AGATHA ACHINDU

AGATHA ACHINDU

Issue No. 39
Atlanta, Georgia

Words: Lisa Kay Davis
Visuals: Tim Redman

There’s very little room for resting in entrepreneur Agatha Achindu’s packed schedule. Even when her two younger children have been tucked in bed for a few hours, Achindu is still at it, working on another round of paperwork and food prep that awaits her in the kitchen of her home in Atlanta. As the founder of Yummy Spoonfuls, a line of organic baby food sold in retailers like Whole Foods, sleep is a luxury the 46 year old left behind years ago, thanks to the demands of caring for her sons—Georges (23), Malcolm (15), and Jared-Zane (9)—and running her own business. Although the constant shuffle can be hectic, Achindu believes that the level of sacrifice is worth it.

“The biggest challenge to me is being in a million different places at a million different times because of how I choose to parent," she says. “Everything is hands on. We don’t do any fast food. We don’t do any processed food. No matter how busy I am, we have to cook. That is my biggest challenge, but at the end of the day I am grateful that I have the opportunity and [the] willpower to do it.”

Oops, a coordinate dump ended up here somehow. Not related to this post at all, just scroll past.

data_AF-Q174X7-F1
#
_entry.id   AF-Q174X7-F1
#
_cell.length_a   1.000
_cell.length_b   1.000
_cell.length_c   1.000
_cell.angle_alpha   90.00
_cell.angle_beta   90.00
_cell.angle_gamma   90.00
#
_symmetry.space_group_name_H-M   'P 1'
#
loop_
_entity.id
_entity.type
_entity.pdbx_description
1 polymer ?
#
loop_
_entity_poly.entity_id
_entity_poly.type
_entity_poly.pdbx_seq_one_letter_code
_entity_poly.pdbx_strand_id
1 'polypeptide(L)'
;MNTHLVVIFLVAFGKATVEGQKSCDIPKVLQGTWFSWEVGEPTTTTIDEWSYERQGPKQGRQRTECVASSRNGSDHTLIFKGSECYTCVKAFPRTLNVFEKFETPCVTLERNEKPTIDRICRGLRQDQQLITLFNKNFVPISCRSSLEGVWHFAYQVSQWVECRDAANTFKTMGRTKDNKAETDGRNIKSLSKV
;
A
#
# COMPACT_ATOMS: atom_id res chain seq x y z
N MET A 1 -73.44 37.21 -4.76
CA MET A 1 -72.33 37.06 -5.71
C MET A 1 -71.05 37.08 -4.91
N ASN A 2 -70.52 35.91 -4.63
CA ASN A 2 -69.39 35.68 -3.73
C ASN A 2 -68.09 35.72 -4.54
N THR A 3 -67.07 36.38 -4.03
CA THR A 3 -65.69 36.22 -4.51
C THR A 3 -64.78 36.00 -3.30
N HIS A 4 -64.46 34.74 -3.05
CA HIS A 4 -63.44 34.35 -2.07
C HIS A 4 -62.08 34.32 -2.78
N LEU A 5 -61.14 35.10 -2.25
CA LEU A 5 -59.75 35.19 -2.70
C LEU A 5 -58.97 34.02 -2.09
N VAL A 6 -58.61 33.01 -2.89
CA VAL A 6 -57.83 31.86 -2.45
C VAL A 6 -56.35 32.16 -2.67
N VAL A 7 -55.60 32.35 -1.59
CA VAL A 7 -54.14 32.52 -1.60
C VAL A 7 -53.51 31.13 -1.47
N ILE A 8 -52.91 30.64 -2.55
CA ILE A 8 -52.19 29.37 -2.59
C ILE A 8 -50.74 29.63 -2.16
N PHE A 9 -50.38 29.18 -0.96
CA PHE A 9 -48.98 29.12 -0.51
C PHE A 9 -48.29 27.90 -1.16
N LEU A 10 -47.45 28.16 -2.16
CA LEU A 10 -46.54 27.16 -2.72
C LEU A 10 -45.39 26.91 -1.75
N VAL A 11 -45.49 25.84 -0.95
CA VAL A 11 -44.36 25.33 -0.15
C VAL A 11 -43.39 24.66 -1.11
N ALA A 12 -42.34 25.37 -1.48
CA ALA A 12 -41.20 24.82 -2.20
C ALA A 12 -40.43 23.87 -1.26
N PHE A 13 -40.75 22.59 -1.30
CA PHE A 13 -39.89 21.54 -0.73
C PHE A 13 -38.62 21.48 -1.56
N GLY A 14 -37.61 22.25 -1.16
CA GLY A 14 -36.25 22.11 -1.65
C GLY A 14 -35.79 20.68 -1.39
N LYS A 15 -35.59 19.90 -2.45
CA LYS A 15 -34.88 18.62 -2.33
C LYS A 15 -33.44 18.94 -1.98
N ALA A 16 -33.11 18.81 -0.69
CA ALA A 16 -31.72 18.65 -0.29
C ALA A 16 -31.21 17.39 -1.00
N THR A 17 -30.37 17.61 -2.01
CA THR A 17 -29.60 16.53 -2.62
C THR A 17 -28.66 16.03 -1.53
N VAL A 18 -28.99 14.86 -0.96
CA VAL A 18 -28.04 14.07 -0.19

Juggling tasks is nothing new for Achindu. Before she launched Yummy Spoonfuls in 2006, she spent hours building and testing code as a quality assurance executive for a software company called Agilysys.  “If you go to Las Vegas, almost every hotel has the Agilysys software," Achindu explains. “My team was based there and I traveled back and forth from Atlanta. Our job was to make sure that all the software used at casinos, hotels, and spas was bug free.”  The travel took her across the country providing IT products and services for some of the biggest named hotels and entertainment outlets on the Las Vegas strip. The income was more than enough to support her and she absolutely loved her job in corporate America.

Juggling tasks is nothing new for Achindu. Before she launched Yummy Spoonfuls in 2006, she spent hours building and testing code as a quality assurance executive for a software company called Agilysys.

“If you go to Las Vegas, almost every hotel has the Agilysys software," Achindu explains. “My team was based there and I traveled back and forth from Atlanta. Our job was to make sure that all the software used at casinos, hotels, and spas was bug free.”